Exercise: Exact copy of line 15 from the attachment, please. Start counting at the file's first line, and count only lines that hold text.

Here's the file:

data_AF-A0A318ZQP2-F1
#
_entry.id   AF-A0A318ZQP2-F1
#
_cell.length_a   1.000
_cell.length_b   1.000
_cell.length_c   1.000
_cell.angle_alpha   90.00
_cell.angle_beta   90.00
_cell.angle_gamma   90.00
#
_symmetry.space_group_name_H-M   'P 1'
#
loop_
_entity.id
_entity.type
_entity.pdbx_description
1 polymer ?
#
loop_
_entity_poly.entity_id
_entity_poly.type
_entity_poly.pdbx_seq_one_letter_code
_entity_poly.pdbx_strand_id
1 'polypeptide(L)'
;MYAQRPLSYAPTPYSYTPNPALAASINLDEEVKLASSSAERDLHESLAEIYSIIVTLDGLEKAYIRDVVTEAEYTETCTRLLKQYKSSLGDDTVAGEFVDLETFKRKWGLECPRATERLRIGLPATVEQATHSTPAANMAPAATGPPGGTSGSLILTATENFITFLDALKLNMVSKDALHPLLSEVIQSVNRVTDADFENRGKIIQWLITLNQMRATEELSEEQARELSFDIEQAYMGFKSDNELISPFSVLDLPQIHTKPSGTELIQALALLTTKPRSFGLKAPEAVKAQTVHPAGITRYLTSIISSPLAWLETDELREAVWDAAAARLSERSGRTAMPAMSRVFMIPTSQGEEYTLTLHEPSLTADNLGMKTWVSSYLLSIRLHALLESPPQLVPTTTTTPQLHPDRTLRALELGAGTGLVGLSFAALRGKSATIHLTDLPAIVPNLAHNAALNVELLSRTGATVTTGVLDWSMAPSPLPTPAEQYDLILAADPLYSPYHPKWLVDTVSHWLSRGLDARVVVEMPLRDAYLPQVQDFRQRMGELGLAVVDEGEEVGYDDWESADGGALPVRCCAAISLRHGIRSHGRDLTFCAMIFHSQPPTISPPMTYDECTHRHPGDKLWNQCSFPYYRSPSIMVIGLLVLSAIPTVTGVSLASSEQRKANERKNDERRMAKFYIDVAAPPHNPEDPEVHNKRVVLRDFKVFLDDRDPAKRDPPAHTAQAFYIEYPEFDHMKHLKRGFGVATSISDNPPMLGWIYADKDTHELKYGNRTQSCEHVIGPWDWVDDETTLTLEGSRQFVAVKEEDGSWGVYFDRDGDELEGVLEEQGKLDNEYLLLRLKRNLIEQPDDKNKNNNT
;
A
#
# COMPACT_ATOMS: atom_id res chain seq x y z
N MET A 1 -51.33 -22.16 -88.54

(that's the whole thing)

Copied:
_entity.id